Fortunately, this year, the John Burch Society, Eagle Forum and OCPAC lost the battle over Article 5. Our State Legislature didn’t have a great year in 2016, but they got the Article 5 vote right and I take my hat off to them for it.
You would think that after a hard two-year fight, OCPAC would have accepted the defeat and chosen to move on. After all, there are so many things we need to be working on. The budget is a disaster (I notice that the budget vote didn’t end up on the index by the way), education is a mess, bathroom policy in public schools is perverted, and we have a governor that veto’d an abortion bill that could have protected thousands of unborn babies. How in the world are we still fighting over Article 5 when we should have never been fighting over it in the first place?
To a lot of people, even people who might have agreed with them on Article 5, this looks petty and vindictive. What is worse, many lawmakers are furious with OCPAC; how do you think that is going to affect OCPAC’s credibility and influence at the capital?
What I find very hard to understand is how OCPAC can include the Article 5 vote on the Conservative Index and leave out the vote over the budget. This year, our legislature voted on a budget that for all intents and purposes violates our balanced budget amendment. The legislature did not cut spending to correspond to the reduced tax revenue received by the state and borrowed money to cover the extra spending. That is contrary to conservative principles. If groups like OCPAC are going to punish lawmakers for voting with the Constitution and give them a pass for liberal fiscal policy, how can they expect to be taken seriously?
Right now, our federal government is out of control and our State government is not doing a whole lot better. Conservatives should be pulling on the same end of the rope to fix our governments but we have some in our ranks that would rather stir up dissension than move forward. I personally love the idea of groups like OCPAC and OCN and I very much want them to be successful because we would all benefit from their stated goals, but they are killing themselves, and us, right now.
When I hear fellow conservatives complain about how President Obama is destroying this nation, it makes me want to cry because while I do believe he has been a terrible President, I lay the problems of this country squarely at the feet of the conservatives.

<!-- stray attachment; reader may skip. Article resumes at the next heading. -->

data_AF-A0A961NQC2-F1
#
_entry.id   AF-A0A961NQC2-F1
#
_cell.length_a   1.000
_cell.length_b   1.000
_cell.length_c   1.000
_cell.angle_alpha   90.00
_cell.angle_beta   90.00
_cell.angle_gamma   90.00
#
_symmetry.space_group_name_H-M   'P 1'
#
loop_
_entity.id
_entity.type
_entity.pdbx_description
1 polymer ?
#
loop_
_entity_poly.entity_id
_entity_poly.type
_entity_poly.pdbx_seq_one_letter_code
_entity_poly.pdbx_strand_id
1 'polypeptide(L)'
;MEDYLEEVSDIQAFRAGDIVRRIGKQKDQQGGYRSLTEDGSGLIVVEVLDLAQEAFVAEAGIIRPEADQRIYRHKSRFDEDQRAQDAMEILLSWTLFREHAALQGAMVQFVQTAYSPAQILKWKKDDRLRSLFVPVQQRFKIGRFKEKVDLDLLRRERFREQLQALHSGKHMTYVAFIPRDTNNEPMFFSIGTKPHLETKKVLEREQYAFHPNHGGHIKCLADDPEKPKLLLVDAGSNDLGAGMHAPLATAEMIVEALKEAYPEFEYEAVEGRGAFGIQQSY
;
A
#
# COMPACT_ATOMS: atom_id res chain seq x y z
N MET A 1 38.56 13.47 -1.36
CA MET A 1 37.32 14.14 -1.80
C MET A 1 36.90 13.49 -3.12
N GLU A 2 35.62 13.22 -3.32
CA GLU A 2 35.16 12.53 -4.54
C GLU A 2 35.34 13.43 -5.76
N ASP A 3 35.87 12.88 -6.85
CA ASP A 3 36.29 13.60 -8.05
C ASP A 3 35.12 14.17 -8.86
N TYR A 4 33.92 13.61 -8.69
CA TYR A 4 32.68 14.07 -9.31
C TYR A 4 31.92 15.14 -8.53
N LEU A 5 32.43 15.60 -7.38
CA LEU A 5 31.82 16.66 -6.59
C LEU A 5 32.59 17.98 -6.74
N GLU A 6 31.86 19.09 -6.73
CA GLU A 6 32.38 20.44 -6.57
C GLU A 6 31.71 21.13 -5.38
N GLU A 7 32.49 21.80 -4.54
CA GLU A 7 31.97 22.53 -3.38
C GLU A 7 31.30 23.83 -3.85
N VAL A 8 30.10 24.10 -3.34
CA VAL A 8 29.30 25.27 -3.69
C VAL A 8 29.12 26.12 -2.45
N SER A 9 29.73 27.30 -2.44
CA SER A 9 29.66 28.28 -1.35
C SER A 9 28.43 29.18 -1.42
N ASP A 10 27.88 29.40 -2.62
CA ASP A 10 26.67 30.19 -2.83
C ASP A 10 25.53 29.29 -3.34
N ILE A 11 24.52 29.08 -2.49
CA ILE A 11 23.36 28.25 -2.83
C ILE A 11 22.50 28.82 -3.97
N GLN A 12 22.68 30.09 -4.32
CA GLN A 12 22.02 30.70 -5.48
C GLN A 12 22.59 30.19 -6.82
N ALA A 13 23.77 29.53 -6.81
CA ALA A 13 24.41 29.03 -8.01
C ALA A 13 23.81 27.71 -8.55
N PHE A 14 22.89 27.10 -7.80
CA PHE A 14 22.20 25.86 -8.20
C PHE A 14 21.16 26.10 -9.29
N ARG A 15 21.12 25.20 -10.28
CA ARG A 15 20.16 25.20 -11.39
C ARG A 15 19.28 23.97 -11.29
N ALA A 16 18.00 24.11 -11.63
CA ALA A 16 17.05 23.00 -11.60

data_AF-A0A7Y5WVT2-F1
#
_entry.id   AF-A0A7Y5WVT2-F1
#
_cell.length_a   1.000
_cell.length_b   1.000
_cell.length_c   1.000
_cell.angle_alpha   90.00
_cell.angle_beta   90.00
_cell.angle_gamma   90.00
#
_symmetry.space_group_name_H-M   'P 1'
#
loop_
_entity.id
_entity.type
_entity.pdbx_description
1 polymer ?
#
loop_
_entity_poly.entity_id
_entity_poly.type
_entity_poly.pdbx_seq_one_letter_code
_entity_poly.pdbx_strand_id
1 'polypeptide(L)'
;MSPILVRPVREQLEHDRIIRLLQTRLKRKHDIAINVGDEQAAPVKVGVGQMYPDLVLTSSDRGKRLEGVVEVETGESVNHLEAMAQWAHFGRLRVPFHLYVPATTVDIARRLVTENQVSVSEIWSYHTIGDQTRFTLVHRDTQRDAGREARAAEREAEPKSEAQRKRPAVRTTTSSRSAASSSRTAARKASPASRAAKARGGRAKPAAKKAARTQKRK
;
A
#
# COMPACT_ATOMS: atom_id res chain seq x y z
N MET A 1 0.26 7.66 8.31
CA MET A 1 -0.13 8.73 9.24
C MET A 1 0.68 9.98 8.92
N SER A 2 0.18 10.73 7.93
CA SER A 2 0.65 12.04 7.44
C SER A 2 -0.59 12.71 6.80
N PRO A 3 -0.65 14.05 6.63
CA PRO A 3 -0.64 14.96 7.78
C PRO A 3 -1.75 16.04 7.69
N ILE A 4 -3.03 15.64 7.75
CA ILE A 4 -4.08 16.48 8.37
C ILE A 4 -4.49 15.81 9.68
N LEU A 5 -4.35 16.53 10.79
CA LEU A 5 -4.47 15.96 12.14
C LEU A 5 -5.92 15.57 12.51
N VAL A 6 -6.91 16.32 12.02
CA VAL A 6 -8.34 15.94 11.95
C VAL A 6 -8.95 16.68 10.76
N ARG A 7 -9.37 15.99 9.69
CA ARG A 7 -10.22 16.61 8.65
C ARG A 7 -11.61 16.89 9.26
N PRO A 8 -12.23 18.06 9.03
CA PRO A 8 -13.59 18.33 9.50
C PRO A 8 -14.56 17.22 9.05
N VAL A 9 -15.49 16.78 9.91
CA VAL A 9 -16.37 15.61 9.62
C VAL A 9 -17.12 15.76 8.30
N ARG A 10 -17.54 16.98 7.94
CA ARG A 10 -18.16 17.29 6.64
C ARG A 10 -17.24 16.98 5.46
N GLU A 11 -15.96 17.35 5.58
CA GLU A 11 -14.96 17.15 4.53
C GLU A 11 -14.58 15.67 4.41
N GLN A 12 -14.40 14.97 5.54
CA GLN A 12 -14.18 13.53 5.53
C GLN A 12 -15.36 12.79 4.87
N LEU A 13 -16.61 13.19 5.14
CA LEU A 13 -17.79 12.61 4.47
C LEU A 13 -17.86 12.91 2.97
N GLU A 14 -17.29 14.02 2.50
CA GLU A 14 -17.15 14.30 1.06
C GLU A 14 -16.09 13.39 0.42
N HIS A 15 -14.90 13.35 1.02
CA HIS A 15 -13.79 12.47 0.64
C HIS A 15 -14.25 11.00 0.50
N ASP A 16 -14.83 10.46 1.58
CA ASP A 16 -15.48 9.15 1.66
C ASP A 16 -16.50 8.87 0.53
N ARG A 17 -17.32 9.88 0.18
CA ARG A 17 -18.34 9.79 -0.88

If we had been working together toward the goals we all claim to support, we might have never seen Obama become president in the first place. But we have not worked together and the liberals have taken advantage, to the sorrow of our children’s future.
There are many in the conservative movement who are perfectly willing to stop all progress unless things are done exactly the way those individuals think they need to be done. They are willing to use their influence to bully lawmakers and to get revenge against those that dare to disagree. They are even willing to let the country burn down around them if they don’t get their way.
If you don’t believe me, just look at the history of the Tea Party in Oklahoma.
The most dangerous enemy we face today is not the enemy on the outside, it is the enemy within.
The enemy within keeps us divided. The enemy within makes us ineffective. The enemy within opens the gates and gives the keys to the enemy on the outside.
“Why do you look at the speck of sawdust in your brother’s eye and pay no attention to the plank in your own eye? 4 How can you say to your brother, ‘Let me take the speck out of your eye,’ when all the time there is a plank in your own eye? 5 You hypocrite, first take the plank out of your own eye, and then you will see clearly to remove the speck from your brother’s eye.” Mathew 7-3:5
Steve Montgomery is a Christian Conservative Activist working to restore the limited Constitution government our founders intended. He is actively involved parental rights, education and Constitutional issues and is focused on educating and recruiting new citizen activists. Steve was the State Director for the Convention of States project and worked tirelessly inside and outside the State Capitol to pass a resolution calling for an Article 5 convention. He also worked on a number of other issues including the Parents Bill of Rights, Common Core, and mandatory vaccinations. Steve is the founder of Digital Six Laboratories (www.d6labs.com), an Oklahoma technology start-up company. He and his wife Tracey live in Mustang with their three boys, who they educate at home.